Somewhere above the Gulf of Thailand, I’m finally getting the chance to really think about my trip to Saigon. Outside my window are hundreds of tiny dots spread out evenly, which I can only imagine are fishing boats, but there’s real no way of knowing.
The last 48 hours have been a whirlwind. After a (delayed) eight hour flight fro Sydney to Singapore, I spent the night at Changi, Singapore’s world famous airport. What might have been a really enjoyable eight hour layover filled with Changi’s swimming pool, movie theatre, and indoor gardens turned into a bit of a nightmare when I wasn’t allowed to check in for my flight. Normally I’d carry-on for a trip like this, but I was bringing a shaving kit over for someone at the Singapore office, and razer blades aren’t totally welcome at the security counter. So once I collected my bag I found myself on the less friendly side of Changi: the public side. Tiger Air had just closed its check-in desks, so I found a semi-comfortable position on the floor between my suitcase and a large pillar to wait the next few hours out.
This was my first time staying overnight in an airport, but after some impressive battles with fatigue, Tiger Air come to my rescue and started welcoming guests to check-in at around 4am. And before I knew it, I was climbing on board my discount flight to Ho Chi Minh City.
Canadians require visas to enter Vietnam, so that was a bit of an ordeal once we landed in Ho Chi Minh City, but it wasn’t long before I was walking into the heat and bustle. My hostel had offered to have someone pick me up from the airport for pretty cheap, and I was worried they might have left because my visa had taken longer than expected, so I was definitely happy to see my name on a little cardboard sign as I was leaving the airport.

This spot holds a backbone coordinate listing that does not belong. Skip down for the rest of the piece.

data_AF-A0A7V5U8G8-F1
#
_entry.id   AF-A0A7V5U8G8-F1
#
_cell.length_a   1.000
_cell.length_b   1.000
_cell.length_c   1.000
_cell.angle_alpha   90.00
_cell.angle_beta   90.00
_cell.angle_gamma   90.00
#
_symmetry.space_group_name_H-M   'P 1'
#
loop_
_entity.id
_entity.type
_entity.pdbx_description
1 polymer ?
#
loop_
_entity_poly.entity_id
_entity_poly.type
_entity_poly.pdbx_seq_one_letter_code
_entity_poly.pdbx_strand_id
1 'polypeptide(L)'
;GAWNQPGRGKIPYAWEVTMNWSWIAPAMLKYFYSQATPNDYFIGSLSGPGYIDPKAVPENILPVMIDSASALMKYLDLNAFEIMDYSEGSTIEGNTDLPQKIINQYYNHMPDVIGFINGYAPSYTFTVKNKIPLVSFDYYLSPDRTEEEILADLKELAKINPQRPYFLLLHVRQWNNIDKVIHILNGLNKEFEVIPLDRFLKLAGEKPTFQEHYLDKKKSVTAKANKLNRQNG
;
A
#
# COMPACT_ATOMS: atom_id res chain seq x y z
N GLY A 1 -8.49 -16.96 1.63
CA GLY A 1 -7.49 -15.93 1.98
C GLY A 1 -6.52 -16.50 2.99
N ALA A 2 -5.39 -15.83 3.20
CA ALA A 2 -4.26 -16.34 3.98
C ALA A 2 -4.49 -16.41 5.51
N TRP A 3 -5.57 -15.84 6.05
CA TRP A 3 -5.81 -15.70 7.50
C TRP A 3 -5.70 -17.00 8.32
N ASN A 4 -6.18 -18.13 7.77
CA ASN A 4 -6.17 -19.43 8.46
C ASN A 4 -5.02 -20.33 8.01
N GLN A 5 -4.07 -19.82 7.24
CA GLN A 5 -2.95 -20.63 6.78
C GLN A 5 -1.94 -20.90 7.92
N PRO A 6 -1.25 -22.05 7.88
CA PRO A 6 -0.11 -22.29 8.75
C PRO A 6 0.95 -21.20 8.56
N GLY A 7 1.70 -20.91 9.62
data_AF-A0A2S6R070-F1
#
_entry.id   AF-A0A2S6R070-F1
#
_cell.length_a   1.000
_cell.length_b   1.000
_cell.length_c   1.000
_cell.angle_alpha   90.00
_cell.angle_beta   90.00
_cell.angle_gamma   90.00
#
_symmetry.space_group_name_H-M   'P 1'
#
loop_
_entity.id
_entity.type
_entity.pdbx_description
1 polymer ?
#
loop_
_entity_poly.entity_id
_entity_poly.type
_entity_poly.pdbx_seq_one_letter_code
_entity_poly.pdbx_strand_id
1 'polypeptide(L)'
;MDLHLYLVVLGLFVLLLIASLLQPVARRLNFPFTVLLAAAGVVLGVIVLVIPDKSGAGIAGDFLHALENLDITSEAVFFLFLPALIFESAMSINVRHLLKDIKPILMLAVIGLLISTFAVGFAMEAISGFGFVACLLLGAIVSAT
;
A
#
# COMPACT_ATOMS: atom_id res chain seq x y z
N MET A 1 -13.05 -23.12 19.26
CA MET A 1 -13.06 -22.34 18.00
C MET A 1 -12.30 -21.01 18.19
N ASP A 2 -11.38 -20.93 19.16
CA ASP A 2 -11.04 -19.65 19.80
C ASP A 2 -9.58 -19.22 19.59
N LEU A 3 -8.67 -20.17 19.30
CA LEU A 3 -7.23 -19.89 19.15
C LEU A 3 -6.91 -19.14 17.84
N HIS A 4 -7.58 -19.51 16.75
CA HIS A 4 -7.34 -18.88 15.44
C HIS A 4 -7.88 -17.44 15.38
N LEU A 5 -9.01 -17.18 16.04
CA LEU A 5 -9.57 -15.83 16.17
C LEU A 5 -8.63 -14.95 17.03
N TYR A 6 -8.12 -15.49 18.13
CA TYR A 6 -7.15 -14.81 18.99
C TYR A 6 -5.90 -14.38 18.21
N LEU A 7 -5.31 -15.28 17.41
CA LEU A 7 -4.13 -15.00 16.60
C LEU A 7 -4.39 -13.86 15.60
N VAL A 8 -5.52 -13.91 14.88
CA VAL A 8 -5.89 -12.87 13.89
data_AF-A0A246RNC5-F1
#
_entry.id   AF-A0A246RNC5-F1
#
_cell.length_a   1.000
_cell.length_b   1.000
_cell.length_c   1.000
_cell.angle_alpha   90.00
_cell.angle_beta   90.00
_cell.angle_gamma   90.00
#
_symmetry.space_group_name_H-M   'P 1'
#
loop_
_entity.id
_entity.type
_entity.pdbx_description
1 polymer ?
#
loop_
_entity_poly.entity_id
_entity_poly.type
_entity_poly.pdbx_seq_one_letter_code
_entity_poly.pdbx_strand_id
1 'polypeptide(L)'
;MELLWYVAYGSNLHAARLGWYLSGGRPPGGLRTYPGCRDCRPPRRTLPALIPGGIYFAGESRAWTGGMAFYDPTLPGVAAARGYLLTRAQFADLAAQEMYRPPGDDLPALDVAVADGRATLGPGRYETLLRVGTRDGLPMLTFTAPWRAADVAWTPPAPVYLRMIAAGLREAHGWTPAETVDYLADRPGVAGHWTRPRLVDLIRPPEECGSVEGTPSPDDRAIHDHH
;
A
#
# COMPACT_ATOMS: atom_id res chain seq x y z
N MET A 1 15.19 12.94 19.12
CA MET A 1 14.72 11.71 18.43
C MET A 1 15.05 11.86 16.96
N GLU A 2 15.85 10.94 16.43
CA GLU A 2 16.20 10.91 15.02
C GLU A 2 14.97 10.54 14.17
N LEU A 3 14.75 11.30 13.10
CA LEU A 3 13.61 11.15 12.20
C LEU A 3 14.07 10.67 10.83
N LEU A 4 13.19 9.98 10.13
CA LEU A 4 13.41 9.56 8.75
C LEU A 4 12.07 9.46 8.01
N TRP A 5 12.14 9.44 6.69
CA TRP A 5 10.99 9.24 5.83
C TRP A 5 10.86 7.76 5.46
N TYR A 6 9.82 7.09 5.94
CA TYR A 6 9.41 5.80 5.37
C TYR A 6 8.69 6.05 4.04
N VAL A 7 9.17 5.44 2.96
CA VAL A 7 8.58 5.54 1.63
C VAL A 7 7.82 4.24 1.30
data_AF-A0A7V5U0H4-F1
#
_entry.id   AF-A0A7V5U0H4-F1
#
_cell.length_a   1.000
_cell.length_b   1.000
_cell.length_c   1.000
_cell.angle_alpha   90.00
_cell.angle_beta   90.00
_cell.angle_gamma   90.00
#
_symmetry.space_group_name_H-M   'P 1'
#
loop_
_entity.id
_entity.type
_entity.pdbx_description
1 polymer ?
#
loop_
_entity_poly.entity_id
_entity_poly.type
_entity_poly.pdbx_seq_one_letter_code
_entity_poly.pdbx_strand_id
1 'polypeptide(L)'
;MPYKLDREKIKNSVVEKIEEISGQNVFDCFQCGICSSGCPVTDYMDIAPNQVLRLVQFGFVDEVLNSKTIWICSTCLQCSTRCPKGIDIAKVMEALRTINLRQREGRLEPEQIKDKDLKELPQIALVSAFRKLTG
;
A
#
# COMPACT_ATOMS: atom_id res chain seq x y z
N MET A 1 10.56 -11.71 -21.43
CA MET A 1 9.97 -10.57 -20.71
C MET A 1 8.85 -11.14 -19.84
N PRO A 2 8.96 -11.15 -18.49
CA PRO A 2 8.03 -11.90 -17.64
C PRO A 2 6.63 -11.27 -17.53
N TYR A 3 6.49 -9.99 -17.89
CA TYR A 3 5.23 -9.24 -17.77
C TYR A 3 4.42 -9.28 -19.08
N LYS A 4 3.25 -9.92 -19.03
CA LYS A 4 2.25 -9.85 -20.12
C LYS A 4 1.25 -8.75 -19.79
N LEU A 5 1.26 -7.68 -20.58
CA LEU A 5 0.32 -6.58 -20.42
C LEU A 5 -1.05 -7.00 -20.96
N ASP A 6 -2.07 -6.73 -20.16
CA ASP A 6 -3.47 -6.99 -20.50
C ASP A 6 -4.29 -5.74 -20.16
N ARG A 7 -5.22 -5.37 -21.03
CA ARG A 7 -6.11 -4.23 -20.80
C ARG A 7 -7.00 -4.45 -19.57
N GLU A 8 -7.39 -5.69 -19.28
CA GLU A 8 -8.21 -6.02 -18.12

I always love the journey from the airport in a new city, and Saigon did not disappoint. The first thing noticed is probably what the city is most well known for: its bikes. The roads were completely packed with motor bikes, and I couldn’t believe at first how they managed to navigate the roads and avoid hitting one another. The route from the airport into the city got steadily busier and more and more bikes dominated the road. Some bikes held entire families on board, and others had massive boxes and bags piled on the back. I think I een saw a fridge on the back of one.